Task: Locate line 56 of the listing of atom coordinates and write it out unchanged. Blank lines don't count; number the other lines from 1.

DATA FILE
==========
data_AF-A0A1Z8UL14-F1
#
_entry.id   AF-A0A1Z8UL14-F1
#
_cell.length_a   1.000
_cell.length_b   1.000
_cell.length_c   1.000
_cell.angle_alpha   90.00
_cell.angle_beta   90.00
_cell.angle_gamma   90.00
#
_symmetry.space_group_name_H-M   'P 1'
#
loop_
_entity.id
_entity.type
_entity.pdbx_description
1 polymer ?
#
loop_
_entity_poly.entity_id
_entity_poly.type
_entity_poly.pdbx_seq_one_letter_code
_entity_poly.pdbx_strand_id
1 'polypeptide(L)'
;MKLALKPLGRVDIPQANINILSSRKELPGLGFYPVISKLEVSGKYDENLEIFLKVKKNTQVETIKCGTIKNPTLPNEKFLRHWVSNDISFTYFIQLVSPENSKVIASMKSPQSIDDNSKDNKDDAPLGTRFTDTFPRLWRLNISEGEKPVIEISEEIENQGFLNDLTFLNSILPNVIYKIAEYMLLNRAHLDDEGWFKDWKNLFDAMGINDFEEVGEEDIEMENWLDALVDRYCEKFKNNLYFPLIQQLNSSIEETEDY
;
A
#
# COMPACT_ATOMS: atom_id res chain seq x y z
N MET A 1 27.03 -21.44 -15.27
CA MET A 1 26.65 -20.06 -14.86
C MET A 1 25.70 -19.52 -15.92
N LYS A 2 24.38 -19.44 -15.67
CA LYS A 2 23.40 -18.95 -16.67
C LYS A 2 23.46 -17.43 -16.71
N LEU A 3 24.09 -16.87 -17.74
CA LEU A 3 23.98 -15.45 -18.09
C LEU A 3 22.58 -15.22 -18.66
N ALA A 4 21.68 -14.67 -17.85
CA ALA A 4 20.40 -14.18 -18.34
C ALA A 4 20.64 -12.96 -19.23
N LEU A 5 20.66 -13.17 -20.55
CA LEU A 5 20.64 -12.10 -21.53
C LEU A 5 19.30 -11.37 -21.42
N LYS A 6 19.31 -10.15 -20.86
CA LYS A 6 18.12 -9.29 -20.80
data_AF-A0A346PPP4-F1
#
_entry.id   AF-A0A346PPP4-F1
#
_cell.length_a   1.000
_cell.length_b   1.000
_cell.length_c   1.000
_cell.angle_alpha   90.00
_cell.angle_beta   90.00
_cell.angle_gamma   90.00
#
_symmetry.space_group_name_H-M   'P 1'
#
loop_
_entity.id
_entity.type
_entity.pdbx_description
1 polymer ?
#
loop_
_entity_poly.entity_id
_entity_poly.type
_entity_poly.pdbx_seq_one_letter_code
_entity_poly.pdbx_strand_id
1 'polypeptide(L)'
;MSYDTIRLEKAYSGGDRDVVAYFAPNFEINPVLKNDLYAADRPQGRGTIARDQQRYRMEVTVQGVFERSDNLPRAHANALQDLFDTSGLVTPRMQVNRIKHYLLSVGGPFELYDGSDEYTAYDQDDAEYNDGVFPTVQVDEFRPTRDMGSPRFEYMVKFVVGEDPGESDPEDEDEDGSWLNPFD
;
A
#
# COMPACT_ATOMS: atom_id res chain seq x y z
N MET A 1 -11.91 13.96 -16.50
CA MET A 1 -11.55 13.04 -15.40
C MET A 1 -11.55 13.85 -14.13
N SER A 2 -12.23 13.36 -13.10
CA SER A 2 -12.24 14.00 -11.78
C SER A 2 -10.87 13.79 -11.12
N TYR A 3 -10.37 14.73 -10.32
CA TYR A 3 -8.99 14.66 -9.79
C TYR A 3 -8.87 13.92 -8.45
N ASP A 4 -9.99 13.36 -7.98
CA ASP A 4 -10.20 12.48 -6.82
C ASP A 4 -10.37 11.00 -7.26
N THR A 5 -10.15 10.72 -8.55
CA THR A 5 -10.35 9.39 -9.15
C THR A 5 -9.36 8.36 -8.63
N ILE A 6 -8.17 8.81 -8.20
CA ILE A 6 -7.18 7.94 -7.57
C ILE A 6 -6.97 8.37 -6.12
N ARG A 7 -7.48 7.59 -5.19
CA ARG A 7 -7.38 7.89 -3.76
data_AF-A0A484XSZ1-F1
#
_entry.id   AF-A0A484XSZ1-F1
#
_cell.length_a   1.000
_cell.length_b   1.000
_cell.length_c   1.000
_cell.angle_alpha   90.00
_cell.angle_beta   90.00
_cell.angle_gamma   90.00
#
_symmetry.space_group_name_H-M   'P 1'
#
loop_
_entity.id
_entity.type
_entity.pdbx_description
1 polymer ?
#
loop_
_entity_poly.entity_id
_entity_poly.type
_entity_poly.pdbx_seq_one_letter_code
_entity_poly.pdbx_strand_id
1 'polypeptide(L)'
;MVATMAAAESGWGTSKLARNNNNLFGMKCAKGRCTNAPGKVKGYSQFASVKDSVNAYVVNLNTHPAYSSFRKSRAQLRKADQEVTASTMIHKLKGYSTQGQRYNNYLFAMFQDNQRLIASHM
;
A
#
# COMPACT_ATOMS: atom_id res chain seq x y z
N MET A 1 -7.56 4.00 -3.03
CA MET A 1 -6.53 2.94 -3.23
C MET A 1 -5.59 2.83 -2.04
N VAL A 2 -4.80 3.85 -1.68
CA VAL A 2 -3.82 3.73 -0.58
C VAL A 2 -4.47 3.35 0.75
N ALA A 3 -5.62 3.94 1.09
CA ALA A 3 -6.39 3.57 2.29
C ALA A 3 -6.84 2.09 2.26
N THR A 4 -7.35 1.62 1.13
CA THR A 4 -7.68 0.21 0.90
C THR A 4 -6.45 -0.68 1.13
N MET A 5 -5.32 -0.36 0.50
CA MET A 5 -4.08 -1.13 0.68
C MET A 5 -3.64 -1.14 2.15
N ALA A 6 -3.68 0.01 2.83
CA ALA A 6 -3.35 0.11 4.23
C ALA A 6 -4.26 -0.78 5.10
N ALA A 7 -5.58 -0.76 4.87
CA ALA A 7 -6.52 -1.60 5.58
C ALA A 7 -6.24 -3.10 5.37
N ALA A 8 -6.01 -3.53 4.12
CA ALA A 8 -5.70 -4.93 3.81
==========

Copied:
_cell.angle_beta   90.00